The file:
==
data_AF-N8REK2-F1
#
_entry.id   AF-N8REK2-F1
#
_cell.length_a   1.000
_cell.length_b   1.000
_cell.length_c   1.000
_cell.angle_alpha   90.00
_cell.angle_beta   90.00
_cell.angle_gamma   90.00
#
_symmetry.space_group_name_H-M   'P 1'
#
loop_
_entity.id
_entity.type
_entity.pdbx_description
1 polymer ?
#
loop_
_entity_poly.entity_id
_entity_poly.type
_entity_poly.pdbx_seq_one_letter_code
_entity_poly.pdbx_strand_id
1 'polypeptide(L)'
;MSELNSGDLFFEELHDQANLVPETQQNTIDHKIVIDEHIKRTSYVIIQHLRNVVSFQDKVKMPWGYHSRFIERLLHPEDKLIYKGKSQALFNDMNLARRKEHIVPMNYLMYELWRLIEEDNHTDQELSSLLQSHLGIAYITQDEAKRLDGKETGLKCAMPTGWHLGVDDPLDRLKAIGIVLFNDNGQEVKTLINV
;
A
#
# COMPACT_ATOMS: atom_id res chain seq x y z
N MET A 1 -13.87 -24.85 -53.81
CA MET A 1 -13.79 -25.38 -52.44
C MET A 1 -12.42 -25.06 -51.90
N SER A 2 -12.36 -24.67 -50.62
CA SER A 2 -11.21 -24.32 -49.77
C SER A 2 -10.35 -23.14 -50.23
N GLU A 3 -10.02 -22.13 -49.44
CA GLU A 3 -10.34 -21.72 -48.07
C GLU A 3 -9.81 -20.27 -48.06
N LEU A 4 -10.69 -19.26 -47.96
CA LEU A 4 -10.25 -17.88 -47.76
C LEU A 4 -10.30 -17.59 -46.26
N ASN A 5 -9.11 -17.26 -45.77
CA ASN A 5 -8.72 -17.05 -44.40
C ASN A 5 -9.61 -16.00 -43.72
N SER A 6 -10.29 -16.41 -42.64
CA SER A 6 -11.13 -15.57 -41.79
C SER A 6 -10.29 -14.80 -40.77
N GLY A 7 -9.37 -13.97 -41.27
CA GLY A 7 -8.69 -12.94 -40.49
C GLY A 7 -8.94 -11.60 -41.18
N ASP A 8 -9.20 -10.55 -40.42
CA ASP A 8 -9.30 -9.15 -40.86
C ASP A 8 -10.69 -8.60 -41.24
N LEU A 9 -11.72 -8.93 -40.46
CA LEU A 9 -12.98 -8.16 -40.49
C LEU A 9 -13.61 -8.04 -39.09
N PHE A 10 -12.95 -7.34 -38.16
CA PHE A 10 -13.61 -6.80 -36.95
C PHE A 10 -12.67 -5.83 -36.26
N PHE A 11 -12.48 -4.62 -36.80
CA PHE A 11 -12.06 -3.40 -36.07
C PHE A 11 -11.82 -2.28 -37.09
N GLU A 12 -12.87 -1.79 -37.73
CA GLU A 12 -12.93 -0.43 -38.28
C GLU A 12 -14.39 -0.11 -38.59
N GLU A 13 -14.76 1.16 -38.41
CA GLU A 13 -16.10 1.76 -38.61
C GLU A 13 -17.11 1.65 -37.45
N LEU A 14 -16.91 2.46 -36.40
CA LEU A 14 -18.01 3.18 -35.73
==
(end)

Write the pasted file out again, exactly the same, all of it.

data_AF-N8REK2-F1
#
_entry.id   AF-N8REK2-F1
#
_cell.length_a   1.000
_cell.length_b   1.000
_cell.length_c   1.000
_cell.angle_alpha   90.00
_cell.angle_beta   90.00
_cell.angle_gamma   90.00
#
_symmetry.space_group_name_H-M   'P 1'
#
loop_
_entity.id
_entity.type
_entity.pdbx_description
1 polymer ?
#
loop_
_entity_poly.entity_id
_entity_poly.type
_entity_poly.pdbx_seq_one_letter_code
_entity_poly.pdbx_strand_id
1 'polypeptide(L)'
;MSELNSGDLFFEELHDQANLVPETQQNTIDHKIVIDEHIKRTSYVIIQHLRNVVSFQDKVKMPWGYHSRFIERLLHPEDKLIYKGKSQALFNDMNLARRKEHIVPMNYLMYELWRLIEEDNHTDQELSSLLQSHLGIAYITQDEAKRLDGKETGLKCAMPTGWHLGVDDPLDRLKAIGIVLFNDNGQEVKTLINV
;
A
#
# COMPACT_ATOMS: atom_id res chain seq x y z
N MET A 1 -13.87 -24.85 -53.81
CA MET A 1 -13.79 -25.38 -52.44
C MET A 1 -12.42 -25.06 -51.90
N SER A 2 -12.36 -24.67 -50.62
CA SER A 2 -11.21 -24.32 -49.77
C SER A 2 -10.35 -23.14 -50.23
N GLU A 3 -10.02 -22.13 -49.44
CA GLU A 3 -10.34 -21.72 -48.07
C GLU A 3 -9.81 -20.27 -48.06
N LEU A 4 -10.69 -19.26 -47.96
CA LEU A 4 -10.25 -17.88 -47.76
C LEU A 4 -10.30 -17.59 -46.26
N ASN A 5 -9.11 -17.26 -45.77
CA ASN A 5 -8.72 -17.05 -44.40
C ASN A 5 -9.61 -16.00 -43.72
N SER A 6 -10.29 -16.41 -42.64
CA SER A 6 -11.13 -15.57 -41.79
C SER A 6 -10.29 -14.80 -40.77
N GLY A 7 -9.37 -13.97 -41.27
CA GLY A 7 -8.69 -12.94 -40.49
C GLY A 7 -8.94 -11.60 -41.18
N ASP A 8 -9.20 -10.55 -40.42
CA ASP A 8 -9.30 -9.15 -40.86
C ASP A 8 -10.69 -8.60 -41.24
N LEU A 9 -11.72 -8.93 -40.46
CA LEU A 9 -12.98 -8.16 -40.49
C LEU A 9 -13.61 -8.04 -39.09
N PHE A 10 -12.95 -7.34 -38.16
CA PHE A 10 -13.61 -6.80 -36.95
C PHE A 10 -12.67 -5.83 -36.26
N PHE A 11 -12.48 -4.62 -36.80
CA PHE A 11 -12.06 -3.40 -36.07
C PHE A 11 -11.82 -2.28 -37.09
N GLU A 12 -12.87 -1.79 -37.73
CA GLU A 12 -12.93 -0.43 -38.28
C GLU A 12 -14.39 -0.11 -38.59
N GLU A 13 -14.76 1.16 -38.41
CA GLU A 13 -16.10 1.76 -38.61
C GLU A 13 -17.11 1.65 -37.45
N LEU A 14 -16.91 2.46 -36.40
CA LEU A 14 -18.01 3.18 -35.73